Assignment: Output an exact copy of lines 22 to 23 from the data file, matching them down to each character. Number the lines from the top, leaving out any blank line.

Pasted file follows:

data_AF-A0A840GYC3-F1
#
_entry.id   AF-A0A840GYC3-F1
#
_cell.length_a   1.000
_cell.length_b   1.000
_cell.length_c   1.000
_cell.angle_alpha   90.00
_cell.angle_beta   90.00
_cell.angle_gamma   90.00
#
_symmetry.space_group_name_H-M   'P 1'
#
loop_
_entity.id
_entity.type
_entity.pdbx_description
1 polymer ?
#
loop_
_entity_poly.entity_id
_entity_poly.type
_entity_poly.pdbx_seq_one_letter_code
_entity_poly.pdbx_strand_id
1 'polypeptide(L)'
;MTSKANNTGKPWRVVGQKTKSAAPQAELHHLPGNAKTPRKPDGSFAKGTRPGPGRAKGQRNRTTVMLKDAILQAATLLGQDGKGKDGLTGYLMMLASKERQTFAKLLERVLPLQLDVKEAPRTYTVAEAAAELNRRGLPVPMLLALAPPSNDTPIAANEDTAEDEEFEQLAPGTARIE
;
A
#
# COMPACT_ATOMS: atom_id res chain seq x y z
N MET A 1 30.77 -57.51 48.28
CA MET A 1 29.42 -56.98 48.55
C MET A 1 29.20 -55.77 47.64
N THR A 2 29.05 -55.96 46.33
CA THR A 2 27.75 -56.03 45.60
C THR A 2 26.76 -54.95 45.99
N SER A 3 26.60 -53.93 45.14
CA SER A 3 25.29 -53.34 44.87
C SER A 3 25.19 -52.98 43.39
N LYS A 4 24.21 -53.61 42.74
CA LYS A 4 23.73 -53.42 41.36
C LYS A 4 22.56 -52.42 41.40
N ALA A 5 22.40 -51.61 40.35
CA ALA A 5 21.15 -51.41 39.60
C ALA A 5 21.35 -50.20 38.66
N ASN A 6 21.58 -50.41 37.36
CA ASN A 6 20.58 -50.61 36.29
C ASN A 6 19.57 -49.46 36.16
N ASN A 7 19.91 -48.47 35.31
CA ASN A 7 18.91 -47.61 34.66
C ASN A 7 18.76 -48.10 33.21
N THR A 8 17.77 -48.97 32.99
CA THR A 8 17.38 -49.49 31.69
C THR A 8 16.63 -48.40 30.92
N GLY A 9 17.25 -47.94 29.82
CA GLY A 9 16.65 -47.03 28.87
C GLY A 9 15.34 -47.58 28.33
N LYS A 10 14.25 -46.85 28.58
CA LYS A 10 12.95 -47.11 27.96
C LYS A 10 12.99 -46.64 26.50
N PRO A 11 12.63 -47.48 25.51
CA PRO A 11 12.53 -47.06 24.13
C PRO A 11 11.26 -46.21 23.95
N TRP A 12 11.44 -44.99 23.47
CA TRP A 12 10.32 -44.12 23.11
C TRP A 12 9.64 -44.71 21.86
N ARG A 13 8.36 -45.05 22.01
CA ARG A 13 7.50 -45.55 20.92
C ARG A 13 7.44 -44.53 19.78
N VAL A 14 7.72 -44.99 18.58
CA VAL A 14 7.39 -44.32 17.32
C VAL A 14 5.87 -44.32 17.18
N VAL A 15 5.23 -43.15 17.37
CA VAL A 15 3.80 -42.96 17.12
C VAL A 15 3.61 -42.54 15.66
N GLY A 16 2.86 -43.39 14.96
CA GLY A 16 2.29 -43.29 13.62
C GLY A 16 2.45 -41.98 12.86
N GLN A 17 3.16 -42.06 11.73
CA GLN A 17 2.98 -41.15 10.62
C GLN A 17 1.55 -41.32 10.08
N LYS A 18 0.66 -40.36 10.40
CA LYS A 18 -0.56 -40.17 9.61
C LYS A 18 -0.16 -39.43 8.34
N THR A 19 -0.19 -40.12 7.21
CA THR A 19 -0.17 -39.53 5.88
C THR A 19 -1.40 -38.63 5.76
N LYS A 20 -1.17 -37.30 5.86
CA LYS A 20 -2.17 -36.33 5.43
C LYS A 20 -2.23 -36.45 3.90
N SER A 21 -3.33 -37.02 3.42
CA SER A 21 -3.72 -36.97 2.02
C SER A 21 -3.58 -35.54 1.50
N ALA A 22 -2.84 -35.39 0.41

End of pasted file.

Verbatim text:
_entity_poly.type
_entity_poly.pdbx_seq_one_letter_code